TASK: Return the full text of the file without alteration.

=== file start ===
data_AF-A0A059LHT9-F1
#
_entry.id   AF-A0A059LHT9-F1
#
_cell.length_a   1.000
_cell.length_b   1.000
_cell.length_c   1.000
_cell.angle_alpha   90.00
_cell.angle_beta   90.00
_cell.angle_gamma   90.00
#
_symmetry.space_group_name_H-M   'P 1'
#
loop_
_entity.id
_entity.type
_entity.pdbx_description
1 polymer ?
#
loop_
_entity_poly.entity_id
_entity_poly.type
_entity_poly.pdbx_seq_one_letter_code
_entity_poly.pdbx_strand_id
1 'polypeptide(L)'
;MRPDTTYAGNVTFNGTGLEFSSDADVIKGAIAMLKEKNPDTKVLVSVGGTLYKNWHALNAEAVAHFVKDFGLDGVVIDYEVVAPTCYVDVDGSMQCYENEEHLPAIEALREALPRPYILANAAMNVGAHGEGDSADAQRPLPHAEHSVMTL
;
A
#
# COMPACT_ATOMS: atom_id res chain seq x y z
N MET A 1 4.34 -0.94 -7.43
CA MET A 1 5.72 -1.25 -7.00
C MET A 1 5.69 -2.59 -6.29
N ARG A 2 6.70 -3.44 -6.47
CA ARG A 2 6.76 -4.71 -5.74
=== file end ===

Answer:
data_AF-A0A059LHT9-F1
#
_entry.id   AF-A0A059LHT9-F1
#
_cell.length_a   1.000
_cell.length_b   1.000
_cell.length_c   1.000
_cell.angle_alpha   90.00
_cell.angle_beta   90.00
_cell.angle_gamma   90.00
#
_symmetry.space_group_name_H-M   'P 1'
#
loop_
_entity.id
_entity.type
_entity.pdbx_description
1 polymer ?
#
loop_
_entity_poly.entity_id
_entity_poly.type
_entity_poly.pdbx_seq_one_letter_code
_entity_poly.pdbx_strand_id
1 'polypeptide(L)'
;MRPDTTYAGNVTFNGTGLEFSSDADVIKGAIAMLKEKNPDTKVLVSVGGTLYKNWHALNAEAVAHFVKDFGLDGVVIDYEVVAPTCYVDVDGSMQCYENEEHLPAIEALREALPRPYILANAAMNVGAHGEGDSADAQRPLPHAEHSVMTL
;
A
#
# COMPACT_ATOMS: atom_id res chain seq x y z
N MET A 1 4.34 -0.94 -7.43
CA MET A 1 5.72 -1.25 -7.00
C MET A 1 5.69 -2.59 -6.29
N ARG A 2 6.70 -3.44 -6.47
CA ARG A 2 6.76 -4.71 -5.74